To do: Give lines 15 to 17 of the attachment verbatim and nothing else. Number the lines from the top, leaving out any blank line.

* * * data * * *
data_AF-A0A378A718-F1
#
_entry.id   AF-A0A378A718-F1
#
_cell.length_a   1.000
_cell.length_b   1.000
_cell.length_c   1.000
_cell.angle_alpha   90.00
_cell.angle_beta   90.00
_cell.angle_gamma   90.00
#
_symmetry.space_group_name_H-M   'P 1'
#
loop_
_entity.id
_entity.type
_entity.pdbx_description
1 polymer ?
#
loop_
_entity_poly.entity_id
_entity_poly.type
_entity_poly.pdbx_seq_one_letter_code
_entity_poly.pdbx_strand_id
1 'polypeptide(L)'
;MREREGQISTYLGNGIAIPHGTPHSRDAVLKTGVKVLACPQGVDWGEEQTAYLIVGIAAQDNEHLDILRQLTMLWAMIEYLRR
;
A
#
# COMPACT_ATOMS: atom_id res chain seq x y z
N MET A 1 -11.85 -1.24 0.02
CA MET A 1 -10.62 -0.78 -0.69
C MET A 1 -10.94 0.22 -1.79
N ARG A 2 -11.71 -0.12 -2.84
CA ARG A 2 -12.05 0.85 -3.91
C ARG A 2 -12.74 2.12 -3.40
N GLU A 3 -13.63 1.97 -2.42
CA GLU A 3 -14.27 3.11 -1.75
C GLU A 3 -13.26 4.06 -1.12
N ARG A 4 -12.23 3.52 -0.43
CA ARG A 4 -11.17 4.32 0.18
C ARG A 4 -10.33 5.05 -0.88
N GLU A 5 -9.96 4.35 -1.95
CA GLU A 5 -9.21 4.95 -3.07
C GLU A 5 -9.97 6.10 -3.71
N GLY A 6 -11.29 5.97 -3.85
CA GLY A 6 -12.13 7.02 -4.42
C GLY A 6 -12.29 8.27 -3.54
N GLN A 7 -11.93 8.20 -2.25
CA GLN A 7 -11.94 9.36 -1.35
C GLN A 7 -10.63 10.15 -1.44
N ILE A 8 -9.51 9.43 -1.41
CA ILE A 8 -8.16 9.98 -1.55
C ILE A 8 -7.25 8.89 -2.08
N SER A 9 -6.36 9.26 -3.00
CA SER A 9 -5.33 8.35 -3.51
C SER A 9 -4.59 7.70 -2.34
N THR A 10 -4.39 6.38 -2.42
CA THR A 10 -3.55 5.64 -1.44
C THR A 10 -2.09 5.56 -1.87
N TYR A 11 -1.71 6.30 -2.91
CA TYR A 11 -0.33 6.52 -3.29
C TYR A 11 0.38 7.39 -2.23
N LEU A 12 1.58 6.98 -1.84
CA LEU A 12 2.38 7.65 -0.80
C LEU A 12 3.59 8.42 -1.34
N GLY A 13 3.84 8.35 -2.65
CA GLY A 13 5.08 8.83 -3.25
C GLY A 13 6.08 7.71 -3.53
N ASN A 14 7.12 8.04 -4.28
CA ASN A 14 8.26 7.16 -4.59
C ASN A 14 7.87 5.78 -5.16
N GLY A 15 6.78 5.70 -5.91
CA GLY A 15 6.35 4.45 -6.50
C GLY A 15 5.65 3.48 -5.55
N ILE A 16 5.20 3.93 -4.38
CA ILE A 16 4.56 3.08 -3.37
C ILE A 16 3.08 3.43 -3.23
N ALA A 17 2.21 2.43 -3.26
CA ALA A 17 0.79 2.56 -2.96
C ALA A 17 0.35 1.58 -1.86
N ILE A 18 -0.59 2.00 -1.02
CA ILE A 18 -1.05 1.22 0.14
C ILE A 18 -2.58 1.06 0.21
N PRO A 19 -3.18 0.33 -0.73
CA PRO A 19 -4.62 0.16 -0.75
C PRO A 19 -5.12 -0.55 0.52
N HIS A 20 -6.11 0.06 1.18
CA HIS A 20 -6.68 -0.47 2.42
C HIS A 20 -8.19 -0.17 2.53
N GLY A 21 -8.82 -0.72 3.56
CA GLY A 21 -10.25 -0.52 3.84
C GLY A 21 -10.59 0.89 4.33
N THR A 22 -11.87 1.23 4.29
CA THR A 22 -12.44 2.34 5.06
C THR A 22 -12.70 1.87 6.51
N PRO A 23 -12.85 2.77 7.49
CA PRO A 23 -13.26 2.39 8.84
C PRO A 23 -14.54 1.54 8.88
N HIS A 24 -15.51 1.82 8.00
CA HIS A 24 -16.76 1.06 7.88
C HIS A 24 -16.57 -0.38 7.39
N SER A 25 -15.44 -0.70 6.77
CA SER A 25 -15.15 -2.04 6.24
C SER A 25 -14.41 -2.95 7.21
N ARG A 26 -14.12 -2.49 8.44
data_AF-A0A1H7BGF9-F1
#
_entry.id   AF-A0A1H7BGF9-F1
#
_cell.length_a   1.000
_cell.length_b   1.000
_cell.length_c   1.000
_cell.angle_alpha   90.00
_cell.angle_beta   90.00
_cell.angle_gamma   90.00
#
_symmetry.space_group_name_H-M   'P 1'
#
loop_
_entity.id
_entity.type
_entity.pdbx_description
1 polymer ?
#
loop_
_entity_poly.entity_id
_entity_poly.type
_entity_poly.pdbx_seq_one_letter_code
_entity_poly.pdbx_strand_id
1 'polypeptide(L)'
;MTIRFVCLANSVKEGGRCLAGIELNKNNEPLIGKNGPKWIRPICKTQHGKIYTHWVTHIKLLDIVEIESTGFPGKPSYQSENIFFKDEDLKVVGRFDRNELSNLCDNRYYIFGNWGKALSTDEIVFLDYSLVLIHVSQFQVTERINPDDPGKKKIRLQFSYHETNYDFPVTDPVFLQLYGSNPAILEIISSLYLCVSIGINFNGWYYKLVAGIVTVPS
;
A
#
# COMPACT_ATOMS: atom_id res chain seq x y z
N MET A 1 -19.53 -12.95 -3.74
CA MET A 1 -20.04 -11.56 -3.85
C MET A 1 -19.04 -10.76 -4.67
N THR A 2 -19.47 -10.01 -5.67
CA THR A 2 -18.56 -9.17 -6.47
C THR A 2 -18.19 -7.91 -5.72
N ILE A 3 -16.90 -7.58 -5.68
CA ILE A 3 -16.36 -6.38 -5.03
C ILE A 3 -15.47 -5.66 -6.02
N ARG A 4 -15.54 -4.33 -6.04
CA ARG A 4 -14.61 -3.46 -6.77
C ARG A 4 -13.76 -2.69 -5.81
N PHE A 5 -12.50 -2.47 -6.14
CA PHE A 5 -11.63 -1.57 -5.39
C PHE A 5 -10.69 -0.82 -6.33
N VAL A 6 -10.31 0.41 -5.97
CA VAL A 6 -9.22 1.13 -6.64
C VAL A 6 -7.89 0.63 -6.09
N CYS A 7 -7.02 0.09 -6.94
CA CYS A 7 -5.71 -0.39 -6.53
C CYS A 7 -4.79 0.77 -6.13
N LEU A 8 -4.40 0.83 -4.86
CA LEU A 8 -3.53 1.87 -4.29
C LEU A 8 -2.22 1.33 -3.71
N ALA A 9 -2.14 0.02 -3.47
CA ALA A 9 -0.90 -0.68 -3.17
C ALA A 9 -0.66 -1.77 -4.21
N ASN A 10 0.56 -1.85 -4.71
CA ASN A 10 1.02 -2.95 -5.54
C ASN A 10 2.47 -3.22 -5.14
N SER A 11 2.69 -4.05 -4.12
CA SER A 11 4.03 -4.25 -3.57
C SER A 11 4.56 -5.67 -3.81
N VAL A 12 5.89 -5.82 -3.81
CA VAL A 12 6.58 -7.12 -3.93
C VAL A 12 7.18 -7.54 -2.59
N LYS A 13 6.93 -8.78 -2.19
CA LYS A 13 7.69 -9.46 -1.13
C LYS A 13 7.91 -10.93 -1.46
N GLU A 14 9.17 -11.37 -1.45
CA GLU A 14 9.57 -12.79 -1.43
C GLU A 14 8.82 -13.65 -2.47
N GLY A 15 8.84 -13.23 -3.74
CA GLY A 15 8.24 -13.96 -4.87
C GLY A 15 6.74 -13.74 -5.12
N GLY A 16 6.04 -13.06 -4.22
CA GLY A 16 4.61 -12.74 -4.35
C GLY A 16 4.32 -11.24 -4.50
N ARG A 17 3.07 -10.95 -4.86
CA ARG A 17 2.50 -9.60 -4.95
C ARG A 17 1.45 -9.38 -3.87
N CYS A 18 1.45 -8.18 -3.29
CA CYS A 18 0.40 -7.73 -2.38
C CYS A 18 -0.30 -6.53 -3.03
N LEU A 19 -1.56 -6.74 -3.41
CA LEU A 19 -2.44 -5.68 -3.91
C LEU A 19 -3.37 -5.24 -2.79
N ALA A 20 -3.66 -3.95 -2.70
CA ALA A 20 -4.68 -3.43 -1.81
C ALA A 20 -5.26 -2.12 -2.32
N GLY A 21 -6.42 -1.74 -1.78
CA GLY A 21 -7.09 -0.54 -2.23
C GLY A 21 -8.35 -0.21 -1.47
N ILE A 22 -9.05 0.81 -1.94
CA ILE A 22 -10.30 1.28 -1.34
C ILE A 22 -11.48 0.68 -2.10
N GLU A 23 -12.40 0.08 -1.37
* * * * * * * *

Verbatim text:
_entity.id
_entity.type
_entity.pdbx_description